Consortium President Bindocci introduced Carlo Cracco’s participation in Benvenuto Brunello with the following statement.
"Carlo Cracco is an iconic Italian culinary symbol, and in many ways, reflects the role of Brunello wines both in Italy and internationally. In laying the 30th tile into our collection, dedicated to a decidedly interesting vintage, we’d like to strongly renew our special association and connection with the world of restaurants and fine dining. This partnership with restaurants is the natural route for our wines to make their way into the hearts of the public, and thanks to the emergency situation of the last year, has lost nearly 40% of sales in Italy, the equivalent of approximately €38 billion.”
Following the inauguration of the 30th edition of the yearly tile, the 2017 Brunello wines were paired with the culinary interpretations of the multi-Michelin-starred chef and TV celebrity Carlo Cracco. The evening proceeded with an array of flavors and emotions recalling a pre-pandemic energy and vigor.
Each year, the Consorzio del Vino Brunello di Montalcino selects an artist, sports figure, or celebrity to represent the year’s commemorative plaque with a nod to the just-ended vintage. Benvenuto Brunello also concludes each yearly presentation with an immense gala dinner to celebrate the vintage and the journalists present, all created by a culinary mastermind.
This year, the two figures coincide into one singular person: Carlo Cracco. Cracco was responsible both for the creation of the magnificent multi-course dinner as well as the design of this year’s commemorative tile.
The Leccio d’Oro Award
The stage of Benvenuto Brunello is also the setting for the coveted Leccio d’Oro award, granted to international restaurants and fine dining establishments where Brunello wines occupy a heavily prominent position in the establishment’s overall revenue. In short, the award is granted to those restaurateurs who are able to provide the most brunello wine selections to their patrons.
This year, the awards were presented to Casa Matta of Oslo, Trattoria di Enrico Bartolini at L'Andana, Caffè Dante Bistrot of Verona, L'Antico Vinaio of Cernusco sul Naviglio, Salumeria Roscioli of Rome, and Il Calandrino at Rubano.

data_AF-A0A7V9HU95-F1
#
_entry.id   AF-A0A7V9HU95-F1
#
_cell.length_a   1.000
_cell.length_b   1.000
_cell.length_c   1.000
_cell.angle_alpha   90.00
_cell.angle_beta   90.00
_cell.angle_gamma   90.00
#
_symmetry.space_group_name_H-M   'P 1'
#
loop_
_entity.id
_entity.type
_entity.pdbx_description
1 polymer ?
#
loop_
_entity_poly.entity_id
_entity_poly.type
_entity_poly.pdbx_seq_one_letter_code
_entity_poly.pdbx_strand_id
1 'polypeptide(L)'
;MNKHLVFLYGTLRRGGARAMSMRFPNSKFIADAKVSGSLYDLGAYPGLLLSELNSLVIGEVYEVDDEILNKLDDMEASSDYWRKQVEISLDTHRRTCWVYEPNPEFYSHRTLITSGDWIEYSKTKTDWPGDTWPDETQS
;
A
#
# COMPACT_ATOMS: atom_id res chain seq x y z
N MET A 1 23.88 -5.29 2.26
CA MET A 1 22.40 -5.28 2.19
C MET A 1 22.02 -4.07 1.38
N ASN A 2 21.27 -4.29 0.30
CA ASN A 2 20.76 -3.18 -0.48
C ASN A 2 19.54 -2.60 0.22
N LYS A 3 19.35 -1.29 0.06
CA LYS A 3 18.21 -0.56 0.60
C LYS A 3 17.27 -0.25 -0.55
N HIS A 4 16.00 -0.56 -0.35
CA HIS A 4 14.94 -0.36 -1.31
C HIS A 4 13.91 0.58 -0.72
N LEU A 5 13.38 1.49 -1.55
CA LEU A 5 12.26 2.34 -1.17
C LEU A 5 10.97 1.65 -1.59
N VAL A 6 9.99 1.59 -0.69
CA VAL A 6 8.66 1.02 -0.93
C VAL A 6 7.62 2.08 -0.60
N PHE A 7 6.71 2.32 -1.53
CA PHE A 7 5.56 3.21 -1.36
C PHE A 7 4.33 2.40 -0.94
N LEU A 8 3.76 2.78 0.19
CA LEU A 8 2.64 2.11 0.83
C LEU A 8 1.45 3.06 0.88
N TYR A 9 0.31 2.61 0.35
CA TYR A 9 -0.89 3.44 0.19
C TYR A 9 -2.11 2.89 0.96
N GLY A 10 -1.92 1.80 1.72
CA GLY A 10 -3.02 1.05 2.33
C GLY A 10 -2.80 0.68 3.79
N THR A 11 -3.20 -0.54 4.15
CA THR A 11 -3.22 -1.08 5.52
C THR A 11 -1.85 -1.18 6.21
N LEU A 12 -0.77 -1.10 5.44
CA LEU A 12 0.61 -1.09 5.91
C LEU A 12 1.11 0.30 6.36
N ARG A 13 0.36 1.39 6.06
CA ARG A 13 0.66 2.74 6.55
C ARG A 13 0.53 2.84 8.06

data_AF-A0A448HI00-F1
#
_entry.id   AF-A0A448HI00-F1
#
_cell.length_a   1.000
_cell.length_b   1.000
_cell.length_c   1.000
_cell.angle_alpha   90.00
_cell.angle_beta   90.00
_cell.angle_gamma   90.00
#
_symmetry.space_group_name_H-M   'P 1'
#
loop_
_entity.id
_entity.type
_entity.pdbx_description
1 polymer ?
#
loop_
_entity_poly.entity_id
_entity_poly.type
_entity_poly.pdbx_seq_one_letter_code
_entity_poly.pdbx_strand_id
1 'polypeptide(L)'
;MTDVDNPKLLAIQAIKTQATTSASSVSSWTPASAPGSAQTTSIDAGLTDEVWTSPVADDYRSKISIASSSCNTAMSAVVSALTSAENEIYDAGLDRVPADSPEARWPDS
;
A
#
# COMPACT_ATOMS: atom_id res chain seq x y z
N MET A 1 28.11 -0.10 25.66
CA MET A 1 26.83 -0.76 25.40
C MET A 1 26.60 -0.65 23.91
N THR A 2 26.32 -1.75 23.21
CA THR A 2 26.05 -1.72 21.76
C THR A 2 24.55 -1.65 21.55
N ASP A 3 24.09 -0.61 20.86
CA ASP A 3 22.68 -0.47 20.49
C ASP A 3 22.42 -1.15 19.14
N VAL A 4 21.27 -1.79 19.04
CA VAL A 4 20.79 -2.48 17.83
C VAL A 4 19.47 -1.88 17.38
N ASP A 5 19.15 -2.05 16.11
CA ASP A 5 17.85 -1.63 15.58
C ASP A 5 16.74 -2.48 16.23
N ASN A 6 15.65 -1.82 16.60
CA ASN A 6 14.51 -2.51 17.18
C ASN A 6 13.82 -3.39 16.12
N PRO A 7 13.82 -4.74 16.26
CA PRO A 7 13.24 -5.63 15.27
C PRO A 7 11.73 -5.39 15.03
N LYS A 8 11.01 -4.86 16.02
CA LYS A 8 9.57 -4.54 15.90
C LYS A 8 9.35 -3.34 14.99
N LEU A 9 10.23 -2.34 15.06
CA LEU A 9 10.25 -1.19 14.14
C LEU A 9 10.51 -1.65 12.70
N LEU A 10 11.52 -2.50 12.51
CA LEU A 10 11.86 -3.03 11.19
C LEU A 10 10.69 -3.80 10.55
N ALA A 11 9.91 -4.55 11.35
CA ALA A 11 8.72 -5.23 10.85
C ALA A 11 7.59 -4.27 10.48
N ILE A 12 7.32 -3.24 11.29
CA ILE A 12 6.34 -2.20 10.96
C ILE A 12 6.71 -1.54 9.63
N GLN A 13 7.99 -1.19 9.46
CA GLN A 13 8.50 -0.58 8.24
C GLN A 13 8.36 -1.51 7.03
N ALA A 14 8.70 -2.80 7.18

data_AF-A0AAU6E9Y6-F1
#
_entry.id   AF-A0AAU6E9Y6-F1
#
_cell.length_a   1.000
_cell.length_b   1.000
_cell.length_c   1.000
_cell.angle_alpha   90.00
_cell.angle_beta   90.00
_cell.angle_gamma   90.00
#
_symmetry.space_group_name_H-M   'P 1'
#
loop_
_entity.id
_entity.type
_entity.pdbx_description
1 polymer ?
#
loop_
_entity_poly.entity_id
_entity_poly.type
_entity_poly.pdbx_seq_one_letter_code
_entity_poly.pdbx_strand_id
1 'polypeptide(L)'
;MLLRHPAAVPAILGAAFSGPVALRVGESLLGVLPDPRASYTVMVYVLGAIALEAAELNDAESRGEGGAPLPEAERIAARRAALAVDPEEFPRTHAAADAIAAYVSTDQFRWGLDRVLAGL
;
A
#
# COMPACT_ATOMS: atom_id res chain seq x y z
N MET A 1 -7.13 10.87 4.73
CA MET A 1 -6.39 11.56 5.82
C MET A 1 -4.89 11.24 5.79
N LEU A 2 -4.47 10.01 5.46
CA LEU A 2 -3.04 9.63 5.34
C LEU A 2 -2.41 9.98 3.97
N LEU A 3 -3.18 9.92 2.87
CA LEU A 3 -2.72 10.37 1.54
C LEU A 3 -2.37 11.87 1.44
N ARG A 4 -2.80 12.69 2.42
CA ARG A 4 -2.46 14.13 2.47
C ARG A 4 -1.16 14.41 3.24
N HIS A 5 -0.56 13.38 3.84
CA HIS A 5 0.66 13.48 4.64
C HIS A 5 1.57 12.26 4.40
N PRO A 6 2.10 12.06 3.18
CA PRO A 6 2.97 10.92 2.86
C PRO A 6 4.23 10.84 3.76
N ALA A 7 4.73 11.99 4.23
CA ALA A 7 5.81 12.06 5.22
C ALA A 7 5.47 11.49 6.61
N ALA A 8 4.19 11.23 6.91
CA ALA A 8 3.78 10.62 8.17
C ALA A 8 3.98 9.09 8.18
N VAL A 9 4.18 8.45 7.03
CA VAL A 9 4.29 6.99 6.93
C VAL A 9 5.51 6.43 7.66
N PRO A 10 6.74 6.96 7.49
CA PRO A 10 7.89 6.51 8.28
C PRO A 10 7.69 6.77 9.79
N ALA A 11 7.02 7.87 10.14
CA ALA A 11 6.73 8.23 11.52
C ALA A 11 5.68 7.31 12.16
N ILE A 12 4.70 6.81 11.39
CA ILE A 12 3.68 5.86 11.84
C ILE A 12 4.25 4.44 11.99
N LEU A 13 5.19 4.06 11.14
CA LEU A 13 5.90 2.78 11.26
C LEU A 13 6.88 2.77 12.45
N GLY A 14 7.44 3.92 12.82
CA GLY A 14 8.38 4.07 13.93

The Benvenuto Brunello conference was moderated by expert journalist Luciano Ferraro of the Corriere della Sera paper. Featured during the conference was the moving presentation by Alessandro Regoli of Winenews.
Regoli adeptly recreated the diverse stages of Montalcino’s evolution and eventual redemption as a wine-making region. The Consortium’s two previous presidents, Enzio Tiezzi and Andrea Costanti were also present, and we’d like to once again extend our fondest birthday wishes to President Tiezzi, in honor of his 80 splendid years!
Last but not least, the stage of the Teatro degli Astrusi, in the heart of Montalcino, was home to a series of presentations by at least a dozen Masters of Wine. Leading the pack was the newly appointed Italian Master of Wine, Gabriele Gorelli.
Many of the presenters focused on the immeasurable success the Montalcino territory has experienced, and yet the presenters also called on its members not to rest on their laurels. Instead, they urged the wine makers and journalists to continue promoting the Montalcino region thanks to its Rosso di Montalcino wine, a perfect wine with which to entrance younger wine lovers around the world, enthusiastic about Italian and Tuscan wines.
The wine of the future: Rosso di Montalcino 2019
And speaking of Rosso di Montalcino, the following morning already provided the attending journalists with the ideal tasting experience.
This selection presented panelists with juicy, powerful wines filled with vigor and energy, with (best of all) an astonishingly high value for money. In October, the wine was shown to have increased 61% in sales compared to the same timeframe in 2020.
This is a clear sign that the market is seizing the day in valorizing and having tremendous success with a wine that for so long has erroneously been perceived as Brunello di Montalcino’s little brother. Clearly, the Brunello di Montalcino name carries more clout than that of Rosso di Montalcino, but it’s a selection with a proven popularity track record with Italian consumers. The wine can claim familiarity with this label of up to 67% of wine buyers, and generally places ahead in sales when compared to classic Italian war horses like Prosecco, Chianti, Chianti Classico, and Montepulciano d’Abruzzo.
This is a fascinating statistic when you factor in the concept that the production of Rosso di Montalcino accounts for 0,2% of the national production of wine selections!
Overall, the formula that the Montalcino wine territory has adopted has proven to be a winning solution. Leaving out some minor differences of opinion amongst Consorzio members, which is par for the course in any large organization, the winemakers of the Montalcino wine region are by and large supporters of this Consortium.
It’s the overall opinion in the world of Italian wine journalists, present company included, that the Consorzio di Vini Brunello di Montalcino have and continue to do a top-notch job in promoting and protecting the interests of the entire Montalcino denomination.